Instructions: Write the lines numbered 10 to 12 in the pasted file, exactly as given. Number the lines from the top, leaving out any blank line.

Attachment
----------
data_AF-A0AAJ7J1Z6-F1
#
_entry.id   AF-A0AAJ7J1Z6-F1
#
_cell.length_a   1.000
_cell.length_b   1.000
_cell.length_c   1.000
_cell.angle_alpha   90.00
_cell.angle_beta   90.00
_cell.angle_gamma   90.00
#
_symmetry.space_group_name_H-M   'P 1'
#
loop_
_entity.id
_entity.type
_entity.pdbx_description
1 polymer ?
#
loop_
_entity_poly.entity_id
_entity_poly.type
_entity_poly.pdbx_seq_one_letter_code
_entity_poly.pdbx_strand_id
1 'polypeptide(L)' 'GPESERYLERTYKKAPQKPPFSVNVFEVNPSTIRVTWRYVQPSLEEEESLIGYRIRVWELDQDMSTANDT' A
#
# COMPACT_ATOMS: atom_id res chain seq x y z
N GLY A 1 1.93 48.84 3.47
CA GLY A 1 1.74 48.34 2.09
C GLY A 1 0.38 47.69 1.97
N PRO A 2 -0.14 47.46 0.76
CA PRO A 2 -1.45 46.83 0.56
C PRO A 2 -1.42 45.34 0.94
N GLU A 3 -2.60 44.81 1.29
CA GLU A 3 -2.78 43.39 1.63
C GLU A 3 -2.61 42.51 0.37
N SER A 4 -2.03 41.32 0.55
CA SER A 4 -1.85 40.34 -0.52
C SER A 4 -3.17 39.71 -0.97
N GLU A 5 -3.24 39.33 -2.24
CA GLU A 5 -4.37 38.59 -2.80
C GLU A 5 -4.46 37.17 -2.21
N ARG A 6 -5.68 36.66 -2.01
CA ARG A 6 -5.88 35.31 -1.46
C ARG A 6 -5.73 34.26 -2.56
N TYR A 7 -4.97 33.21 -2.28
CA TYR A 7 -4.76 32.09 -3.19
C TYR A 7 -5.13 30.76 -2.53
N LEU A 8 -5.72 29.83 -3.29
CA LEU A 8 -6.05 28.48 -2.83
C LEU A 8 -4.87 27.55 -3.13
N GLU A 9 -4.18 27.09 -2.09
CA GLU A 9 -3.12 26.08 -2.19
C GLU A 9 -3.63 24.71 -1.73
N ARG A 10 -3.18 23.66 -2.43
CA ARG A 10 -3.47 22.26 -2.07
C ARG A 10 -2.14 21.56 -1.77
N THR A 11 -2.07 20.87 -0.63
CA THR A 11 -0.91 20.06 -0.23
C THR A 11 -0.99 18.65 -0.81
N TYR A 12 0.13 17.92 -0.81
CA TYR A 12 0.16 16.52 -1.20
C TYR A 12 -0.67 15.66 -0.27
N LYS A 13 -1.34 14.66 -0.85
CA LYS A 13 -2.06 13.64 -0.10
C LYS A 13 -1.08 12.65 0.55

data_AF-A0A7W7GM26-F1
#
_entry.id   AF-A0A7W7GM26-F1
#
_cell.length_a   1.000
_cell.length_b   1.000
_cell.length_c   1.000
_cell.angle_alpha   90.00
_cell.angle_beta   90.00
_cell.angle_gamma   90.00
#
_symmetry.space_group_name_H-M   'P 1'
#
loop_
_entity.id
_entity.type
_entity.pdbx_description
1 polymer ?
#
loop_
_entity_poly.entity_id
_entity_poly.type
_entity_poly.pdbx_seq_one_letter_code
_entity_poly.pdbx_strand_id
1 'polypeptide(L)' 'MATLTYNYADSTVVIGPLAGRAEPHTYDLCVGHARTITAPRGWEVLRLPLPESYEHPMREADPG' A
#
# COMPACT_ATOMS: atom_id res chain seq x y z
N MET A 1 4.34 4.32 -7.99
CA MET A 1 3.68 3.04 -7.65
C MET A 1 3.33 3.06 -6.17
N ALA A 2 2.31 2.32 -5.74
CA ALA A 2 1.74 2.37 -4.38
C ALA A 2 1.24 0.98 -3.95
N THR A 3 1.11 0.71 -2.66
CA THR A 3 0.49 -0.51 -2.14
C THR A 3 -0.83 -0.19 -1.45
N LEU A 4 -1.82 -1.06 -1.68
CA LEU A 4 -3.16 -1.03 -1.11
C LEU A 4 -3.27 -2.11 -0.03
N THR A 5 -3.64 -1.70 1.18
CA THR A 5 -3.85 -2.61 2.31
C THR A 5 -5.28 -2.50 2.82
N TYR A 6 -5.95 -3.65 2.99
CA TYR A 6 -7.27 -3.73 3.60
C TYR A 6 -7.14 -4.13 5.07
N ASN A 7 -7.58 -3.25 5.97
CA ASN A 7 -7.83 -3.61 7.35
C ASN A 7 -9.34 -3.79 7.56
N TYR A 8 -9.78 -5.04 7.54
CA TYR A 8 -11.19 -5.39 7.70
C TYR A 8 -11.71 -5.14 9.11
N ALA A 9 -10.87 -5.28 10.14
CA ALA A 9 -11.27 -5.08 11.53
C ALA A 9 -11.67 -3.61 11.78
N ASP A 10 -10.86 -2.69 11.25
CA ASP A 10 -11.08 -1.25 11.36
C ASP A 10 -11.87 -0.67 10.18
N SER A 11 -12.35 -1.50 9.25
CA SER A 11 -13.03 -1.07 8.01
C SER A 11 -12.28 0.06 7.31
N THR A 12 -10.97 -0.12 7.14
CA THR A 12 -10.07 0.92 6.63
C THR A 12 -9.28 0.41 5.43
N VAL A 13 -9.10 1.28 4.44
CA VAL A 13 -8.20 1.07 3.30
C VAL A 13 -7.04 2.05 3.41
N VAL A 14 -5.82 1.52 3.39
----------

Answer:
_cell.angle_gamma   90.00
#
_symmetry.space_group_name_H-M   'P 1'